Psychological Safety: The Key to Fostering an Efficient Team

Want to lead a successful team?

Then make sure your members feel “psychological safety,” a phrase that Amy Edmondson, Harvard Business School Professor, defines as the shared belief held by members of a team that it is safe for interpersonal risk-taking.

And she's not alone in naming this as a key factor for success.

Our very own Pete Krainik, Founder & CEO of The Future CMO Club, has shared his opinion on valuing your team's well-being above all else, too. And, in 2012, Google dedicated substantial resources to answering the question: How can we make our people happier and more effective?

They looked at over 180 groups of teams worldwide, trying to find the elements of individual success - and how to replicate them in others. After mixing and matching different personality types, skill levels and background experiences, the key takeaway was that team efficiency is not influenced by who is in a team, but by how team members interact with each other and how comfortable they are while doing it.

A strong team is an efficient team

Overall, the most successful teams had a high comfort level and great communication, giving each individual the power to:

  • Speak up, participate and even interrupt a colleague or leader (when it was relevant and moved the conversation forward)
  • Provide input without fear of retaliation if it opposed management or the team leader’s opinions, proposals or tactics
  • Be actively listened to via attentive body language
  • Feel respected, both as an individual and a professional

While the concept seems fairly simple at first, it's definitely a difficult-to-implement ideal. These intrinsic team dynamics can't be quantified by a system of checks and balances. Add in the fact that there is no sure-fire way to make sure employee reviews are 100% truthful, and it can leave managers wondering what the signs of psychological safety are.

The four elements of psychological safety

To foster a safe, productive environment where learning is encouraged and mistakes are celebrated as a part of growth, we need to foster these key elements in our team members:

  1. Dependability: If someone is asked to do something, empower them with the tools, education and accountability to make sure it gets done. No reminders or haggling.
  2. Structure and Clarity: Regardless of your organizational structure, people should know what everyone’s job is and there should be a shared understanding across the team of the unique skills each one can bring to the table. Clarifying the goals and purpose of why the team has been put together also creates a unified effort from the beginning.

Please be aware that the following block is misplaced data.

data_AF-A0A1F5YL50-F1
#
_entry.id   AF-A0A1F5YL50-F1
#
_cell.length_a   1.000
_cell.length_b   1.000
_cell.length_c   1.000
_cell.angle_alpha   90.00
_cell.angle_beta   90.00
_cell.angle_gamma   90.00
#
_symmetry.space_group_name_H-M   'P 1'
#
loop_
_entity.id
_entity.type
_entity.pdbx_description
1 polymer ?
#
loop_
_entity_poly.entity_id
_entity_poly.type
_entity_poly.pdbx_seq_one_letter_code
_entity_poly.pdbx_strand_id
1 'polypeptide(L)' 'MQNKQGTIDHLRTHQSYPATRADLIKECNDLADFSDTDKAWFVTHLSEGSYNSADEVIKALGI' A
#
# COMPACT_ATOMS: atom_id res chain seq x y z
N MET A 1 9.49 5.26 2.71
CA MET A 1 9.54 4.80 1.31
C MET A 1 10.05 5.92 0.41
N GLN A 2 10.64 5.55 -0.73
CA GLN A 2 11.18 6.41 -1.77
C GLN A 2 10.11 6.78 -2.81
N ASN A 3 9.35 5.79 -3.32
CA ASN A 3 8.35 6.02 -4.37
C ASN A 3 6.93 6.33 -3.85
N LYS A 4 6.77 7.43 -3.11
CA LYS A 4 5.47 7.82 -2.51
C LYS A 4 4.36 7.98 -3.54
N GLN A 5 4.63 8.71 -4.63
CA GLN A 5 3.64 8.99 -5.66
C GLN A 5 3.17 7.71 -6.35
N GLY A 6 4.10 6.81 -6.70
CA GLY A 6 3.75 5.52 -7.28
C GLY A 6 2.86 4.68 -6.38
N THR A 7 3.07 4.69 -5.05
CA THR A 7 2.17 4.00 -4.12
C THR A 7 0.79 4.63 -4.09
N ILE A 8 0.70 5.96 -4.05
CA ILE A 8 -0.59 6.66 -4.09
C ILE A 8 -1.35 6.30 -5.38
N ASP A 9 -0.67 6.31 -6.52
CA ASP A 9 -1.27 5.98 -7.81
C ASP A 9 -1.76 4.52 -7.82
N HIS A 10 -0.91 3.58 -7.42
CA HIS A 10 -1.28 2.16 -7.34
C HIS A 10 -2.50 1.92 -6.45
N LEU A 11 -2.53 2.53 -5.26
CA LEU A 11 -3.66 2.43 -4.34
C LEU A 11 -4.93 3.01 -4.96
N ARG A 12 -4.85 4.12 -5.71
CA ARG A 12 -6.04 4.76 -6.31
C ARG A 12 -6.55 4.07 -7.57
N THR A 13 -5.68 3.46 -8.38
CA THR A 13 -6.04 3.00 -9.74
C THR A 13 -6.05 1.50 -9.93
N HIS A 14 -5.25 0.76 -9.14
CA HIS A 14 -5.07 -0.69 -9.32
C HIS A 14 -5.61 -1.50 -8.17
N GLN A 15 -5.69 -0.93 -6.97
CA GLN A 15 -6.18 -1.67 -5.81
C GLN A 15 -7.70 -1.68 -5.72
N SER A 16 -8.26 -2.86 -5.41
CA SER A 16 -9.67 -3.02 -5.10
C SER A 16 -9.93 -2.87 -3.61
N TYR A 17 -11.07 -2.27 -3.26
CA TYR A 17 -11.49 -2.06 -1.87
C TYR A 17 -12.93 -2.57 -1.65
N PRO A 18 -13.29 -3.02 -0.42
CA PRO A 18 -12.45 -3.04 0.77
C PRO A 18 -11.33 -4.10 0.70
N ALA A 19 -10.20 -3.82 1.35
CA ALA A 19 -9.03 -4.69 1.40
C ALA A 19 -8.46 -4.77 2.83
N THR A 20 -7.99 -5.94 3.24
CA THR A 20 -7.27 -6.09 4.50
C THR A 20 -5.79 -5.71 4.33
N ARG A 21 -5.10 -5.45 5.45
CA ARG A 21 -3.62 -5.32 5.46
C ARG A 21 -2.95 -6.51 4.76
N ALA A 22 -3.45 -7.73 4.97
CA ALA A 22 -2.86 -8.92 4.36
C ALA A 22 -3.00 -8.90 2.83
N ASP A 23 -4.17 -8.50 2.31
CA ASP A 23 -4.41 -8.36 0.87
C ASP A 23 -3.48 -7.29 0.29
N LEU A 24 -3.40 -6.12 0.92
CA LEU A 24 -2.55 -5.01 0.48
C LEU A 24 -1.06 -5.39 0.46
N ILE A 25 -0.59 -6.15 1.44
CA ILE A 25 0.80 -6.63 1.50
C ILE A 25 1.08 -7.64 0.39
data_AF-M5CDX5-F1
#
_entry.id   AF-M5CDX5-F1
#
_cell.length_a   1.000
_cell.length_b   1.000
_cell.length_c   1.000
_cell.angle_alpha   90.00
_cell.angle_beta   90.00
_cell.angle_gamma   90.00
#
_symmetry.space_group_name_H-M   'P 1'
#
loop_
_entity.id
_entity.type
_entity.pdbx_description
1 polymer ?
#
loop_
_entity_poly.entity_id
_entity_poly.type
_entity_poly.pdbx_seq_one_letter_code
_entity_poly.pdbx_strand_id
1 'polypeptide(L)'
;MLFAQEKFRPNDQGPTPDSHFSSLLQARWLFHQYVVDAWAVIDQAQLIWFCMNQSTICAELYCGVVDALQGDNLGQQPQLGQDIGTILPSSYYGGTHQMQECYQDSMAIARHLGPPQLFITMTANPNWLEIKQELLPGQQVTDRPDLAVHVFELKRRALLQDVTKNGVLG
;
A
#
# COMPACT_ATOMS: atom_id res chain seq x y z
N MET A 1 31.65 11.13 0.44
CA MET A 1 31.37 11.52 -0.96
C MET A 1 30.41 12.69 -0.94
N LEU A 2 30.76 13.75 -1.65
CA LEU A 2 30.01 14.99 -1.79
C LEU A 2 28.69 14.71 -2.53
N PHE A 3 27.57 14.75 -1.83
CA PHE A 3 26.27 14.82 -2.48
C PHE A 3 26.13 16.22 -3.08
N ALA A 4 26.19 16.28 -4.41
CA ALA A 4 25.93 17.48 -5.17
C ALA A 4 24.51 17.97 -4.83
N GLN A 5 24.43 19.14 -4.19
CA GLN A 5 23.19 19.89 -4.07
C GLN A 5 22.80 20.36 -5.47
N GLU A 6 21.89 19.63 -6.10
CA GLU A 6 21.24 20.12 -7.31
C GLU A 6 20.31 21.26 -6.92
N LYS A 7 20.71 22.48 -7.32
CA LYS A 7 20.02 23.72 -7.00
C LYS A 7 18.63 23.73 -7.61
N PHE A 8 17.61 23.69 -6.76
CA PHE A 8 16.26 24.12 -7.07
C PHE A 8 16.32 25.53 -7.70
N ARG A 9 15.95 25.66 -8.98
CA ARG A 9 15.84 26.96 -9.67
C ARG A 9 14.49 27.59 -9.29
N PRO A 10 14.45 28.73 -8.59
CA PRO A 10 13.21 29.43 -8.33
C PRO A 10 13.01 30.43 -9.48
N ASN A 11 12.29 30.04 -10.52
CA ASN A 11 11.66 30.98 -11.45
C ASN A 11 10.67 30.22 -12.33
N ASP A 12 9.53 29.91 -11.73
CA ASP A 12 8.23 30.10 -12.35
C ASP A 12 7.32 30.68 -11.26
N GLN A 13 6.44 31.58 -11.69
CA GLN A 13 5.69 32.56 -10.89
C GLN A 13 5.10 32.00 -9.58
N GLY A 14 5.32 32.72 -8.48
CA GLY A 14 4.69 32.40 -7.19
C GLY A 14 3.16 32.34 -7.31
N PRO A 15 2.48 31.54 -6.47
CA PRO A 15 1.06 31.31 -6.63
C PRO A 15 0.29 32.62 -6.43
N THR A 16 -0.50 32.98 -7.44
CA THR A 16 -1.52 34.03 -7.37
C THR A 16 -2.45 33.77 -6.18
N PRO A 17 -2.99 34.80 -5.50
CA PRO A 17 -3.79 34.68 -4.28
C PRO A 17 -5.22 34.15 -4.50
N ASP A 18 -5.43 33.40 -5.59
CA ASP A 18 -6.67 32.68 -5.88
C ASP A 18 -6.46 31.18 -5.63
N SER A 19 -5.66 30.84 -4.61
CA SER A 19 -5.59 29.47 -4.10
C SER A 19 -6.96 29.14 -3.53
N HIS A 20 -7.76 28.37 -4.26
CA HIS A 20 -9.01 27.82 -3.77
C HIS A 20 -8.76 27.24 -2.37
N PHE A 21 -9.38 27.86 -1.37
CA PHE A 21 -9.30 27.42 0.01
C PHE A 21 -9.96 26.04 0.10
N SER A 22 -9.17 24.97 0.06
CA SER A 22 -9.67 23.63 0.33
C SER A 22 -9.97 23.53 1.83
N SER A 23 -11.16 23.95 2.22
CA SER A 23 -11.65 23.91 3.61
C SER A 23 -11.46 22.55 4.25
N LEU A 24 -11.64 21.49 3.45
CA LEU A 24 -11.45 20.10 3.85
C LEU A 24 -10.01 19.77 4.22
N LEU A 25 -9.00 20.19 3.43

3. Meaning: People work better when there is a greater cause - whether this is the service you are providing to your clients, the impact your company has on the world or the way your brand gives back through social initiatives, passion is driven by purpose.
  4. Impact: Building on meaning, show your team how their work matters and actually creates change. If you put people together to achieve something and their work is not used to achieve that goal, morale and commitment go down, along with efficiency. Instead, show how the final campaign built on each person's input, articulating the value of leveraging brainstorm sessions in order to use quantity to find quality.

Bring it Home:

Start your next team building meeting with a couple of minutes of just getting to know one another. Allow each person to share why they show up, and what drives them each day. Understanding who the person sitting next to you is as a human allows us to be more flexible, understanding and comfortable, leading to a stronger organization.

Not sure where your team currently stands? You can use the psychological safety survey as a gauge and jumping off point. Or, you can use these four elements as a personal checklist. If one is not being met within your team or on an individual level, redirect your efforts.

"You don’t guarantee being the best in your industry with an all-star marketing team, but you have no shot without it," said Pete Krainik, Founder & CEO, The Future CMO Club.